MINI Cooper S Mayfair Edition Road Test Review

Arv Voss - CAP staff
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The last (new) Mini Cooper was sold in the North America more than three decades ago, criticized and considered an unsafe vehicle by the likes of Ralph Nader - Shame on you Ralph!  The diminutive British icon was created by Sir Alec Issigonis and first introduced on August 26, 1959.  The classic Mini is still a wildly popular cult car.  Supposedly, only 10,000 were sold in the U.S., where this car was tested, over an 8-year period, but today more than 12,000 are registered -- they must be multiplying, even if they're not related to the VW Rabbit – so much for Ralph and VW.  In essence, the Mini was an "engineered" car, rather than a "styled" car, hence its incredible popularity and perpetuity.  Love for, and acceptance of the original Mini has been shared over its legendary lifespan by common folk and royalty alike.  Its heritage may well be categorized as neo-European. 

Reintroduced for 2002, the MINI Cooper Coupe was a modern, up-to-date interpretation of the lovable, cult-status classic, rather than a retro styling exercise.  It represents what the Mini might well have become, had regular evolutionary changes been allowed to evolve naturally.  Both the MINI Cooper and Cooper S are powered by a 1.6-litre, inline four-cylinder engine that resides in an East/West orientation beneath the bonnet, driving the front wheels, as did the original.  The engine block is now made of aluminum rather than iron.  The Cooper is normally aspirated with a single exhaust on the right while the Cooper S comes with a turbocharger and centered dual exhaust.  A drive-by-wire electronic throttle is featured, replacing mechanical linkage and providing power that is instantaneous with optimal fuel economy and minimal emissions.  The Cooper S model cranks out 172 horses and 177 pound feet of torque. 

The motor is mated to either a Getrag 6-speed manual gearbox as standard fare or an optionally available Aisen 6-speed automatic transmission with Steptronic manumatic shifting.  The auto gearbox allows for manual shifting via the traditional stalk -- flicking to the rear shifts up, while blipping the stalk forward initiates downshifts -- or by way of steering wheel mounted paddles, with thumb buttons above the spokes facing front for downshifts and levers behind the wheel for upshifts on both the left and right sides.  A column-mounted tachometer adds a definitive touch to the diminutive ride's sporty
mission statement.  Top speed for the Cooper S automatic is 224 km/h (139 mph), electronically limited.  Engines are from Brazil, transmissions are of German origin, and assembly takes place in Oxford, England, making the MINI a truly global product. 

One of the shortest cars on the road in America from bumper to bumper, the diminutive "funster" seats four adults comfortably.  Convertible models are capable of scooting from 0-100 km/h in a tad over 9 seconds with an electronically limited top speed of 195 km/h (121 mph), while the Cooper S Hardtop covers the distance in just under 7 seconds and kicks the top speed up to 224 km/h (139 mph). 

The MINI's form is reminiscent of the original.  The new MINI is of course larger; more streamlined and displays softer contours.  The Cooper sports a smooth hood, has no foglamps and rides on smaller standard wheels and tires.  The Cooper S wears special badging, rides on larger wheels and tires, and features an integrated hood scoop and fog lamps.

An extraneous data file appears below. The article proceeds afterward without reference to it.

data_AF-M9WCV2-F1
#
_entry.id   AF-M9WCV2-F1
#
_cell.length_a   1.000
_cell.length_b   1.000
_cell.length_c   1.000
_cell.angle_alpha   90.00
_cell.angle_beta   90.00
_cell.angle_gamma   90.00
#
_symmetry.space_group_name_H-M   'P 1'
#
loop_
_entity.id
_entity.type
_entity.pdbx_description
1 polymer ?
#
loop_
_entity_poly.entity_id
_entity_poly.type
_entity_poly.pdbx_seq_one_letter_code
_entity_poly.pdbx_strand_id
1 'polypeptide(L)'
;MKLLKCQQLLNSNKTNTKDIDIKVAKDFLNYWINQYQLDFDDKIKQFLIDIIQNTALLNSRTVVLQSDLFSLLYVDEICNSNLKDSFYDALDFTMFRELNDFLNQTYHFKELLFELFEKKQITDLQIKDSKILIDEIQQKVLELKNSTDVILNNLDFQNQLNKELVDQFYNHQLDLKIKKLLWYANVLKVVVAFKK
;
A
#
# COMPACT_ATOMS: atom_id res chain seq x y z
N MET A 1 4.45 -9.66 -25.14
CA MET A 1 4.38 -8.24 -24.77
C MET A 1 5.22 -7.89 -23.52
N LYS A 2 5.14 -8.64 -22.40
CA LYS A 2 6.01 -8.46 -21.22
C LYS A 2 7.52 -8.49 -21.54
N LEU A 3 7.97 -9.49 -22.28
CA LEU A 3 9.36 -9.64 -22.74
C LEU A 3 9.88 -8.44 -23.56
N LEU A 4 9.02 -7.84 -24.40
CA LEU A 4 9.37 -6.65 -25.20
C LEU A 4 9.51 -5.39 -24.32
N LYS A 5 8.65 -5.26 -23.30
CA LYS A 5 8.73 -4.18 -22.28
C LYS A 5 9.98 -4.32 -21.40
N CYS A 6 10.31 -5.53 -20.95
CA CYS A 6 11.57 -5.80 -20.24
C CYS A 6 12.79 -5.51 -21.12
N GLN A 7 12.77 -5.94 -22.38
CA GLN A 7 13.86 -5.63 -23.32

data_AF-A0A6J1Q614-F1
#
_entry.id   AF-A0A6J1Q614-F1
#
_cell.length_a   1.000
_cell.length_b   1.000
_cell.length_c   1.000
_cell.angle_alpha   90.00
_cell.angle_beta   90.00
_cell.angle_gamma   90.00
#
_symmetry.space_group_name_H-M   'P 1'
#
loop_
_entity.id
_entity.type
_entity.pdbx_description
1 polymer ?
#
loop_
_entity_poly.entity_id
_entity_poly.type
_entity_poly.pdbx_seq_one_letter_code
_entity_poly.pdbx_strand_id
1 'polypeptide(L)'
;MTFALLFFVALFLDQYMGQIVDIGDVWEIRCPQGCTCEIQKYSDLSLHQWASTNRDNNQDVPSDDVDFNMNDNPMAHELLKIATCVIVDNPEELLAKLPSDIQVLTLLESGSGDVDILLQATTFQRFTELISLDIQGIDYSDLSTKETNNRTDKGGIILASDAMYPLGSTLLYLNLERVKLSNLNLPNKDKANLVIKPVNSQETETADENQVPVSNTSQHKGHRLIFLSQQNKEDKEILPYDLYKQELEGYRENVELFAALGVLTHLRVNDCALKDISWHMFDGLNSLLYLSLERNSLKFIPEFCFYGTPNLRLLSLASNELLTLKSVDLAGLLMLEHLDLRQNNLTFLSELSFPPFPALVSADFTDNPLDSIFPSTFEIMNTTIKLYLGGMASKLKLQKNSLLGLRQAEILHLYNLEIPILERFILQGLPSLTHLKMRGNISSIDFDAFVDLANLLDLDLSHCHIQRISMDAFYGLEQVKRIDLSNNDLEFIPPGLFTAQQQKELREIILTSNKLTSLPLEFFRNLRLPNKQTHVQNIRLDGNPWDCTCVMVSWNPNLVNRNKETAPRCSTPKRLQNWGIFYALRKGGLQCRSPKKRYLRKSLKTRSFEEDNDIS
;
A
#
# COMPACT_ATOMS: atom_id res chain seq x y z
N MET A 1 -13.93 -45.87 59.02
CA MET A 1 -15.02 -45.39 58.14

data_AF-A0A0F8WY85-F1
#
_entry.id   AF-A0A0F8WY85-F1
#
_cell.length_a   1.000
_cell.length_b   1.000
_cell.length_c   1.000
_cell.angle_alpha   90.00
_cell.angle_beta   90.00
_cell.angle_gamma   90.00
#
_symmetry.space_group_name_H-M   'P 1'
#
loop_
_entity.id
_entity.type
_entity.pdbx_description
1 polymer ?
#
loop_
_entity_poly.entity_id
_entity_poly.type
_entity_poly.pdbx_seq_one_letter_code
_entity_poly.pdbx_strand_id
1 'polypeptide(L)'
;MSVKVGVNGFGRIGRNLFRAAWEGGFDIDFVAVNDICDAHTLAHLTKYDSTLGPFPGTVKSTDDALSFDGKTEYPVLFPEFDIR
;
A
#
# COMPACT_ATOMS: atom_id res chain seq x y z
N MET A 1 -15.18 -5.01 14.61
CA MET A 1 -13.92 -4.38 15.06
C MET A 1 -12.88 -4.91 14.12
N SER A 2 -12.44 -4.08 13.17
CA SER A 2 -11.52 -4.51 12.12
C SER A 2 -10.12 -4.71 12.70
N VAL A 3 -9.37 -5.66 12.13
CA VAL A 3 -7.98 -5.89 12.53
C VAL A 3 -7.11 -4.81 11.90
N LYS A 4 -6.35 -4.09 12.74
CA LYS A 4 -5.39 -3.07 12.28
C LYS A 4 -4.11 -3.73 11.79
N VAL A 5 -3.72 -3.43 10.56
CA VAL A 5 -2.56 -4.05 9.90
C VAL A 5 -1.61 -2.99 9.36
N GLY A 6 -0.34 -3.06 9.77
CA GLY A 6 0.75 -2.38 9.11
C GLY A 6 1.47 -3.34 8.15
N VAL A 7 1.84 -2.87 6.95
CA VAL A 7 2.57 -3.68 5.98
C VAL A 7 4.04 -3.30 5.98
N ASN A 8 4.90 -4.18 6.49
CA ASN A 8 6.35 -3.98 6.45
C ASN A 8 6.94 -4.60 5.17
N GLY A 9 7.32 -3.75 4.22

Over the past few years, I've been able to review virtually every model MINI offered. My latest test MINI was a Cooper S hardtop with the $5,000 Mayfair Package, which celebrates the 50th Anniversary of the MINI, and includes 12-spoke alloy wheels, "Chrome Line" interior and exterior trim, Toffee Color line theme, interior surface Toffee lining, driving lamps, foglights, and Xenon headlamps.  There was a special Mayfair edition of the classic Mini back in 1982.  The base price of my Cooper S Mayfair test car was set at $34,900.  The car was finished outside in a rich, luscious Hot Chocolate metallic paint (exclusive to the Mayfair trim), with an equally attractive Leather Lounge Toffee interior, trimmed in White piping – hey, it's a pricey package, but there's a lot of content for the money.  Additional options included the Steptronic automatic transmission, dynamic traction control, a multi-function steering wheel, unique exterior quarter-panel badging, "Comfort Access" keyless entry, Bluetooth and USB/iPod adapter. 

The Mini Cooper S hardtop with the Mayfair package is a stunning ride, both visually and in terms of performance over challenging routes -- grin-producers of the highest order. 
Acceleration is exhilarating; gear changes are smooth in either automatic or manual mode.  Handling is athletic and positive, carving efficiently through challenging curves in a spirited and controlled manner.  Braking is efficient, bringing the go-kart like MINI to a halt in short order.  Experiencing the MINI is a joy.  Driving the diminutive "funster" is a rewarding exercise, initiating an insatiable degree of lust to own one.  The exhaust note of the Cooper S alone may well be worth its additional cost.  Add the potency of turbocharging to the maneuverability and stability provided by the sport-tuned suspension and the Cooper S is a clear winner. 

New for the 2010 model year is a multi-function steering wheel with cruise control that's now standard on all MINIs, and for the first time, a harman/kardon sound system is available for all MINI hardtop, Convertible and Clubman models.  Special 50th Anniversary packages, include the Mayfair and Camden equipment groupings and are available for both MINI Cooper and Cooper S hardtop models.

©(Copyright Canadian Auto Press)

Topics: Hatchback, Mini, 2010, Cooper S, $20,000 - $29,999, $30,000 - $39,999, Subcompact,

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